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Hunger Games Post: Is the Reaping Fair?

This morning I finished the final Hunger Games book, Mockingjay, and I loved them. They have their flaws to be sure, but it's saying something that my first response to getting to the ending was to want to start at the beginning once more - and actually do it. While the books are tragic and dark, they are tragic and dark in a way that I found compelling and realistic. It's not often that I can say that.

As I'm rereading them, I thought I'd blog about them this time through. I will assume everyone has read the first book or at least seem the movie, so if you haven't and still want to remain unspoiled, just avoid any posts with this "Hunger Games Post:" subject line. If a book involves substantive details from later books I'll put that under an LJ-cut.

Anyway. We're just starting off, so no need for a spoiler-warning. The Hunger Games is set in a world where global warming has made the old status quo unsustainable. This resulted in a rather authoritarian regime with a very unequal society, between the districts (outlying regions that produce, in the words of movie!Snow, "Things we want, things we need") and the Capitol (a pampered head of government and power). All of this led to a rebellion seventy-five years before the book begins. As penance for this rebellion, the districts have to offer up one boy and one girl, between the ages of twelve and eighteen that will fight in a bloody gladiatorial type competition. The one winner is allowed to live and even given a lifetime of riches. In the later books we also learn that all the families in their districts get free food that whole year. Some of the districts more cozy with district see it as a kind of sporting event, but in the poorer ones being chosen is seem as a death sentence.

Here's where things get really interesting, IMO. When you're twelve you get one entry into the reaping lottery, and then an extra entry is added on every year. So it's more likely that older kids will get chosen than the younger ones, although sometimes younger tributes really are chosen as we see in the books. (The heroine's little sister, Prim, is chosen, as is Katniss's ally Rue and several others.) On top of that, kids can sign up for tesserae - a monthly supply of grain and oil for a single person. You can sign up for you and anyone else in your immediate family. That carries over, too, so if you still need tesserae the next year you have the extra entries from the previous years and this one.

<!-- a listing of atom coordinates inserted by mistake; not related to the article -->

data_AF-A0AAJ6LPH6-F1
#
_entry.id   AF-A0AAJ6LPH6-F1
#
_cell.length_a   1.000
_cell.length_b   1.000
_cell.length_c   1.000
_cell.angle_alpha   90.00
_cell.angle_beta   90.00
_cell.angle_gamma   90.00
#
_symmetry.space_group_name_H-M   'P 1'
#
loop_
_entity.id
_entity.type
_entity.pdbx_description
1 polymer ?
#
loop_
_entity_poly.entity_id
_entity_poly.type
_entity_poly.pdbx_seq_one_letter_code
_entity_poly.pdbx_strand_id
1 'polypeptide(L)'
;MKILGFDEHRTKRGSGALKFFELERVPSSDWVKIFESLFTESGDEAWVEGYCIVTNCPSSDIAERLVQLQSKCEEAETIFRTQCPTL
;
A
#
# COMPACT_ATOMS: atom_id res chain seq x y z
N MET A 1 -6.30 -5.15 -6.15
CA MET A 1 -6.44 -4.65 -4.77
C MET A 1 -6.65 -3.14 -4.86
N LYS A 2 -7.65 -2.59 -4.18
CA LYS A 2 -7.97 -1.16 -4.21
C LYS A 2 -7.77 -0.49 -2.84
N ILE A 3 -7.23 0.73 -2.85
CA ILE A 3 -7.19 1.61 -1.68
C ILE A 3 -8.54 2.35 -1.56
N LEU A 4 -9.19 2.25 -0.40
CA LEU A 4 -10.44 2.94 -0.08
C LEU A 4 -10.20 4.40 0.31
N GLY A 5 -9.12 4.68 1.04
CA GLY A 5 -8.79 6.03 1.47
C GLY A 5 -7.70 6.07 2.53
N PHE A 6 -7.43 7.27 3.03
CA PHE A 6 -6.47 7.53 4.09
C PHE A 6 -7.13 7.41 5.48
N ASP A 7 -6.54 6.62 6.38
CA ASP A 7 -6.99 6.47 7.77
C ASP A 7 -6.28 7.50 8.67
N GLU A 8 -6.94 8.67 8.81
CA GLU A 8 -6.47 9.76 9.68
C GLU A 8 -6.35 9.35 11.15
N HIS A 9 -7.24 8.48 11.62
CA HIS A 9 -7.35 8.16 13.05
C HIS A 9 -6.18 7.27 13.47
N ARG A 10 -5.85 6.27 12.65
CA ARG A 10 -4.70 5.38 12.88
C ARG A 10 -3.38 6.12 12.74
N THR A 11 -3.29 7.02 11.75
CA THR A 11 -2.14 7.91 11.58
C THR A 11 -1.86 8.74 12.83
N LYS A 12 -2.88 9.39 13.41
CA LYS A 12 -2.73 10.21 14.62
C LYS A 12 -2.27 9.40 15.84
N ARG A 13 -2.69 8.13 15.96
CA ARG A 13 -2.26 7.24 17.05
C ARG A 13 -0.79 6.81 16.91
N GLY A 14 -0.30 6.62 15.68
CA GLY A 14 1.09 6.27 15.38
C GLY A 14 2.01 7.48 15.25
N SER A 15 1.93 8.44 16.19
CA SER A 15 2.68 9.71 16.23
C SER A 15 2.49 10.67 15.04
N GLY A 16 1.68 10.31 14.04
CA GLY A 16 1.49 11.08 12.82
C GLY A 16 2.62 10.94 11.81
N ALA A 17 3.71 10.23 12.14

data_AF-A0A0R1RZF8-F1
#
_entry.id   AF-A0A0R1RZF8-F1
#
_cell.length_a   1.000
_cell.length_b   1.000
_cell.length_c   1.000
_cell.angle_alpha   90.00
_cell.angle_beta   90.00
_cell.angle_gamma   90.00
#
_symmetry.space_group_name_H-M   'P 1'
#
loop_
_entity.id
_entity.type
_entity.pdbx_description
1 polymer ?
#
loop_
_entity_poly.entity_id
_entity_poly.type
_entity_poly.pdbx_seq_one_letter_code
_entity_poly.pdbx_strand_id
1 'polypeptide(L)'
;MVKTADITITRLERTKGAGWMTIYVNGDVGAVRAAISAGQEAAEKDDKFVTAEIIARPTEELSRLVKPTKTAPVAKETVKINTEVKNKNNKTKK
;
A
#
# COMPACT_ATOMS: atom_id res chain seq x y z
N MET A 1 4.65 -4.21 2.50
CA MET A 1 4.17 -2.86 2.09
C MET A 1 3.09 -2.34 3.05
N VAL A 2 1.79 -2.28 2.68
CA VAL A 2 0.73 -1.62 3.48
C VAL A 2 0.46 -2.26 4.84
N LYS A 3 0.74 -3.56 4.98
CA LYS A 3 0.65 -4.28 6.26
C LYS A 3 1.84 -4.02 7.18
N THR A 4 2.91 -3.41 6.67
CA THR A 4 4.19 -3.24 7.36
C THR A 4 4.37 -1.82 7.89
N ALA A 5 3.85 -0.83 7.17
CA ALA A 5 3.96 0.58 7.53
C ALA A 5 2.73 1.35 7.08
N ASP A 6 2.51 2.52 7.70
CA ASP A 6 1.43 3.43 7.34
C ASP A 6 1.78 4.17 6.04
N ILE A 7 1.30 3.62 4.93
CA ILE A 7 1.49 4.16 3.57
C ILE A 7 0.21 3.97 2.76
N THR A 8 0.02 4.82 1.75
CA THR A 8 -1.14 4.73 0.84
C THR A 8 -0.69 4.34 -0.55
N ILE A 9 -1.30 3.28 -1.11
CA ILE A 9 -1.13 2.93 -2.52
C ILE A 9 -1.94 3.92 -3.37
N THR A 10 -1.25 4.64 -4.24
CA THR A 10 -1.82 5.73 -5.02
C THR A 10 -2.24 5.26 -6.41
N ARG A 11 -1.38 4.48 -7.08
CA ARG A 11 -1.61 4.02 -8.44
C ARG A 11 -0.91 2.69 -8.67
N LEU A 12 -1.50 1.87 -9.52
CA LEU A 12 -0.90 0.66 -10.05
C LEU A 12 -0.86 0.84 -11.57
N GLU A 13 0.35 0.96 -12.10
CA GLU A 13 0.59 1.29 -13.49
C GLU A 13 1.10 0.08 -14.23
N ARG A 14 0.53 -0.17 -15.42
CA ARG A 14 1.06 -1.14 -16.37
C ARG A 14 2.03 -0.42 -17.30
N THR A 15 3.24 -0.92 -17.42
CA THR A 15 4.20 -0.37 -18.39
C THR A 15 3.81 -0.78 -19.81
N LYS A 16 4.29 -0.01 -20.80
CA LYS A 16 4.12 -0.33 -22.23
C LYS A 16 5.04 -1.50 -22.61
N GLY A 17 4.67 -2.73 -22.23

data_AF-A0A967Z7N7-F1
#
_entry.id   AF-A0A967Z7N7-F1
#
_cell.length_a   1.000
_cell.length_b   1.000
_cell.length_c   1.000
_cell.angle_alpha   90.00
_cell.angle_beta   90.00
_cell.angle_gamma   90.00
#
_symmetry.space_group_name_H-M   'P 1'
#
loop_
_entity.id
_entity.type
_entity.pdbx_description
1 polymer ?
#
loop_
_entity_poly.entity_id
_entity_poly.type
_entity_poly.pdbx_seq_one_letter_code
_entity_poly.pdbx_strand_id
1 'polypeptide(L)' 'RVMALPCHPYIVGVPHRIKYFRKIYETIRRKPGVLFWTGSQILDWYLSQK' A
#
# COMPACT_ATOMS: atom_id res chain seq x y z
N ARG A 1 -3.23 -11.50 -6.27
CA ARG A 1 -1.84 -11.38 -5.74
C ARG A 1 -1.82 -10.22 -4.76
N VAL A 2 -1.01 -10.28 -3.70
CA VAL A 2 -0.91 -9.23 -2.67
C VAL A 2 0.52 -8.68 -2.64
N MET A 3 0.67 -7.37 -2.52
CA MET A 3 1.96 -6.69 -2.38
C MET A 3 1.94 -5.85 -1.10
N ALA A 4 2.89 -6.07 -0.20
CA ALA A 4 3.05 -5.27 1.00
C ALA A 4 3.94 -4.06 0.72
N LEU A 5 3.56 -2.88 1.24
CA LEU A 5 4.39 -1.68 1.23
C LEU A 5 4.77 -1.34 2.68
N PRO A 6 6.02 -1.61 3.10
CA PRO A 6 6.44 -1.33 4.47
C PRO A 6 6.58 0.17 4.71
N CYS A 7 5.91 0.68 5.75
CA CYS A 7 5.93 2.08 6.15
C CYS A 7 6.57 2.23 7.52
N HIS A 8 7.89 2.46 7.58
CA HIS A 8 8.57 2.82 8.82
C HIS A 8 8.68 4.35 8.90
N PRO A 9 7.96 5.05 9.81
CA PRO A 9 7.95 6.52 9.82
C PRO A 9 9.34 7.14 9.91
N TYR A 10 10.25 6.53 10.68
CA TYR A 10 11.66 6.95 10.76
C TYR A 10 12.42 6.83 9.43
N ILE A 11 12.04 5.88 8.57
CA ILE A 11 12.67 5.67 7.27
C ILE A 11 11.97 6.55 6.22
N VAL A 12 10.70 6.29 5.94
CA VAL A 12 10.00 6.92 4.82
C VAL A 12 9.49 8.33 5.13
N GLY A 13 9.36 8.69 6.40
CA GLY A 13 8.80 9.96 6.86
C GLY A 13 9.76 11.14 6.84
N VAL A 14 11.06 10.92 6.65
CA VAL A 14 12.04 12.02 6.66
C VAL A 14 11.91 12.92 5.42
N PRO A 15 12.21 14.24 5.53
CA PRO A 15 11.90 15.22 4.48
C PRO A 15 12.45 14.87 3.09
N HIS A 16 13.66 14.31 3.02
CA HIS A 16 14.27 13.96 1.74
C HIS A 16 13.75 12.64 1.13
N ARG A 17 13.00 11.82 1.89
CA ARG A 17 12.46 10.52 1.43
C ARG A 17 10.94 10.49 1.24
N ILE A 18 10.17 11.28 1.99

The upshot is that Katniss's friend Gale has fifty-odd entries in the yearly drawing. He's eighteen and has been signing up for tesserae for his younger siblings and mother in addition to himself. Katniss has a high number as well, for similar reasons. On the other hand, the mayor's daughter Madge has never really had to worry about having enough food, only has six or so entries - making it at least eight times more likely that Gale will be picked than that Madge will.

Thinking about this I found myself wondering: is it fair. I mean, obviously the Hunger Games itself is massively unfair. The whole concept that you could take kids at random for something that happened before they were even born (and that wasn't uniquely the districts' fault in any event) outrages me, as it's intended to. But going along with that, is this a good way to allocate those spaces in the Games? On the one hand, those kids who receive tesserae are receiving something that the rich kids didn't (food), but on the other hand the only reason the rich kids didn't need the tesserae is because they were born into privilege. The book makes it seem like social mobility is impossible, and it's not Gale's fault he wasn't born to one of the few shopowners rather than to mining parents.

Think about it this way. Say that the army, rather than being all-volunteer with bonuses, you did a draft. Would it be more fair to be one-citizen-one-entry or let the poor "buy" more entries into the draft as a way to prevent hunger at, say, $1,000 of any government subsidy (public school, welfare, food stamps, Medicaid, etc.) in exchange for an extra entry into the draft. Say there's also an actual war going on, so some proportion of those drafted will actually die. In a lot of ways that's similar to the Hunger Games reaping.

It's really interesting to me to think about why the reaping (as opposed to the games per se) are unfair. On a gut level I believe they are, but working out why is a bit tricksy. I can see a lot of American political parties being behind a system like this, for instance, if the games themselves weren't so unfair in the first place. After all, no one's forcing the poor to accept tesserae, and surely they prefer that to starvation.

What are your thoughts on this? Is this a good way of choosing tributes?

(More posts to come as I read through the Hunger Games; feel free to suggest things you'd like me to talk about and I'll think about it.)

Comments

( 6 comments — Leave a comment )
(Deleted comment)
marta_bee
Sep. 21st, 2012 11:51 pm (UTC)
I never noticed the absence of other countries. That is odd, to be sure - but not *so* odd, since this story is set so far after the global warming blowup. We simply don't know enough about their situation, what they knew bout the situation, or indeed what they do. It's possible Katniss simply didn't know about their involvement. We just don't know. (As I said, I was a bit swept away by the story, and I'm looking forward to reread it so I can catch stuff like this.)